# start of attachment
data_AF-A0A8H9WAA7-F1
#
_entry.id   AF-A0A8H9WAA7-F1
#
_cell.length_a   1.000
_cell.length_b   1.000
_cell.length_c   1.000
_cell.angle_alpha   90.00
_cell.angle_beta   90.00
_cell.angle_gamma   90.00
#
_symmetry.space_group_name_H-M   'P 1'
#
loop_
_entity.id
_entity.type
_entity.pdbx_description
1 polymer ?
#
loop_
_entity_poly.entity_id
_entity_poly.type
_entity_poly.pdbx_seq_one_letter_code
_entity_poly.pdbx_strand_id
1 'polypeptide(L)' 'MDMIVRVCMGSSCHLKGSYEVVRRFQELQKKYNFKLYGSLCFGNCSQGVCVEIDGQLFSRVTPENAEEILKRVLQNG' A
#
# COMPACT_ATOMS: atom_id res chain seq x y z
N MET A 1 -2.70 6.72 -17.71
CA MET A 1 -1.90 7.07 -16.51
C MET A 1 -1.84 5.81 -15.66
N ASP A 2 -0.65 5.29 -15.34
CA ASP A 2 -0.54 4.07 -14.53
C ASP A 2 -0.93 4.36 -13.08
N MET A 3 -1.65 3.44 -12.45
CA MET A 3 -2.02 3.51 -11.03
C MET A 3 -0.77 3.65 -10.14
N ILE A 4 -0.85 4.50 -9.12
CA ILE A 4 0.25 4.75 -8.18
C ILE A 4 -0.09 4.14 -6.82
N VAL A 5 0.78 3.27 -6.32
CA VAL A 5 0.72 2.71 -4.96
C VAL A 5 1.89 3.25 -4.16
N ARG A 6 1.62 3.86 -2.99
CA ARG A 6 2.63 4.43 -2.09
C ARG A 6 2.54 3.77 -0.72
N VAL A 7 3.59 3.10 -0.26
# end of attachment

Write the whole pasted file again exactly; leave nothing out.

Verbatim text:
data_AF-A0A8H9WAA7-F1
#
_entry.id   AF-A0A8H9WAA7-F1
#
_cell.length_a   1.000
_cell.length_b   1.000
_cell.length_c   1.000
_cell.angle_alpha   90.00
_cell.angle_beta   90.00
_cell.angle_gamma   90.00
#
_symmetry.space_group_name_H-M   'P 1'
#
loop_
_entity.id
_entity.type
_entity.pdbx_description
1 polymer ?
#
loop_
_entity_poly.entity_id
_entity_poly.type
_entity_poly.pdbx_seq_one_letter_code
_entity_poly.pdbx_strand_id
1 'polypeptide(L)' 'MDMIVRVCMGSSCHLKGSYEVVRRFQELQKKYNFKLYGSLCFGNCSQGVCVEIDGQLFSRVTPENAEEILKRVLQNG' A
#
# COMPACT_ATOMS: atom_id res chain seq x y z
N MET A 1 -2.70 6.72 -17.71
CA MET A 1 -1.90 7.07 -16.51
C MET A 1 -1.84 5.81 -15.66
N ASP A 2 -0.65 5.29 -15.34
CA ASP A 2 -0.54 4.07 -14.53
C ASP A 2 -0.93 4.36 -13.08
N MET A 3 -1.65 3.44 -12.45
CA MET A 3 -2.02 3.51 -11.03
C MET A 3 -0.77 3.65 -10.14
N ILE A 4 -0.85 4.50 -9.12
CA ILE A 4 0.25 4.75 -8.18
C ILE A 4 -0.09 4.14 -6.82
N VAL A 5 0.78 3.27 -6.32
CA VAL A 5 0.72 2.71 -4.96
C VAL A 5 1.89 3.25 -4.16
N ARG A 6 1.62 3.86 -2.99
CA ARG A 6 2.63 4.43 -2.09
C ARG A 6 2.54 3.77 -0.72
N VAL A 7 3.59 3.10 -0.26